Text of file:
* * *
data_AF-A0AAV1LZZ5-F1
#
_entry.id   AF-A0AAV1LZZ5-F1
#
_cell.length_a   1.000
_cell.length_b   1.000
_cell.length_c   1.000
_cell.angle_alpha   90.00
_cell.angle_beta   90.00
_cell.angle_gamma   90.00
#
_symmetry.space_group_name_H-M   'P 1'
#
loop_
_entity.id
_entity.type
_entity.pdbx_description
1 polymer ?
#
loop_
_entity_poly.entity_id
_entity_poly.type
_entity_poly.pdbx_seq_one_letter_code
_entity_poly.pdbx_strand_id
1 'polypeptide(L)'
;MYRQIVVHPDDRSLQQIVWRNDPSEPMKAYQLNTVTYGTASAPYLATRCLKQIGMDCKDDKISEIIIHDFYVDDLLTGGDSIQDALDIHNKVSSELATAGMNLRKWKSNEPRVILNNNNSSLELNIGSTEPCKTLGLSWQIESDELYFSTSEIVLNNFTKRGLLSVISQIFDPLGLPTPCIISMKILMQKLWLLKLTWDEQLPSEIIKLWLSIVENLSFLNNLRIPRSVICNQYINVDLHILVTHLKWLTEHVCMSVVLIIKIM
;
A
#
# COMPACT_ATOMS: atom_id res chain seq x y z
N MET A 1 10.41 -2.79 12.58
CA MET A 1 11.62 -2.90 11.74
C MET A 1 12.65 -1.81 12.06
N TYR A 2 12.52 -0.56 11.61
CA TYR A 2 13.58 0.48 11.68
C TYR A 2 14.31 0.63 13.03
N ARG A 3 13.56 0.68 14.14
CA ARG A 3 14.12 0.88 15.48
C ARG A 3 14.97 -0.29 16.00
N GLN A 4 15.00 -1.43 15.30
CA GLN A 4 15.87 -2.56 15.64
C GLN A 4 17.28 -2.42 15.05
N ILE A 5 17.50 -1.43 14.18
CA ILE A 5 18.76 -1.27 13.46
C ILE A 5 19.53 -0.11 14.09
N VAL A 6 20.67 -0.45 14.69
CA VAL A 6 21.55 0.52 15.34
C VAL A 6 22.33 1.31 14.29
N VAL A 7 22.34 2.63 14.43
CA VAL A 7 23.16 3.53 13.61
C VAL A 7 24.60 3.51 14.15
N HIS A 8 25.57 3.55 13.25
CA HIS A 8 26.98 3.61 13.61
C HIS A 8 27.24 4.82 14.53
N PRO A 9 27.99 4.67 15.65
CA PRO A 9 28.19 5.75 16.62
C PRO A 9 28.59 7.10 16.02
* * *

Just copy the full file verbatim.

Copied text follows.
data_AF-A0AAV1LZZ5-F1
#
_entry.id   AF-A0AAV1LZZ5-F1
#
_cell.length_a   1.000
_cell.length_b   1.000
_cell.length_c   1.000
_cell.angle_alpha   90.00
_cell.angle_beta   90.00
_cell.angle_gamma   90.00
#
_symmetry.space_group_name_H-M   'P 1'
#
loop_
_entity.id
_entity.type
_entity.pdbx_description
1 polymer ?
#
loop_
_entity_poly.entity_id
_entity_poly.type
_entity_poly.pdbx_seq_one_letter_code
_entity_poly.pdbx_strand_id
1 'polypeptide(L)'
;MYRQIVVHPDDRSLQQIVWRNDPSEPMKAYQLNTVTYGTASAPYLATRCLKQIGMDCKDDKISEIIIHDFYVDDLLTGGDSIQDALDIHNKVSSELATAGMNLRKWKSNEPRVILNNNNSSLELNIGSTEPCKTLGLSWQIESDELYFSTSEIVLNNFTKRGLLSVISQIFDPLGLPTPCIISMKILMQKLWLLKLTWDEQLPSEIIKLWLSIVENLSFLNNLRIPRSVICNQYINVDLHILVTHLKWLTEHVCMSVVLIIKIM
;
A
#
# COMPACT_ATOMS: atom_id res chain seq x y z
N MET A 1 10.41 -2.79 12.58
CA MET A 1 11.62 -2.90 11.74
C MET A 1 12.65 -1.81 12.06
N TYR A 2 12.52 -0.56 11.61
CA TYR A 2 13.58 0.48 11.68
C TYR A 2 14.31 0.63 13.03
N ARG A 3 13.56 0.68 14.14
CA ARG A 3 14.12 0.88 15.48
C ARG A 3 14.97 -0.29 16.00
N GLN A 4 15.00 -1.43 15.30
CA GLN A 4 15.87 -2.56 15.64
C GLN A 4 17.28 -2.42 15.05
N ILE A 5 17.50 -1.43 14.18
CA ILE A 5 18.76 -1.27 13.46
C ILE A 5 19.53 -0.11 14.09
N VAL A 6 20.67 -0.45 14.69
CA VAL A 6 21.55 0.52 15.34
C VAL A 6 22.33 1.31 14.29
N VAL A 7 22.34 2.63 14.43
CA VAL A 7 23.16 3.53 13.61
C VAL A 7 24.60 3.51 14.15
N HIS A 8 25.57 3.55 13.25
CA HIS A 8 26.98 3.61 13.61
C HIS A 8 27.24 4.82 14.53
N PRO A 9 27.99 4.67 15.65
CA PRO A 9 28.19 5.75 16.62
C PRO A 9 28.59 7.10 16.02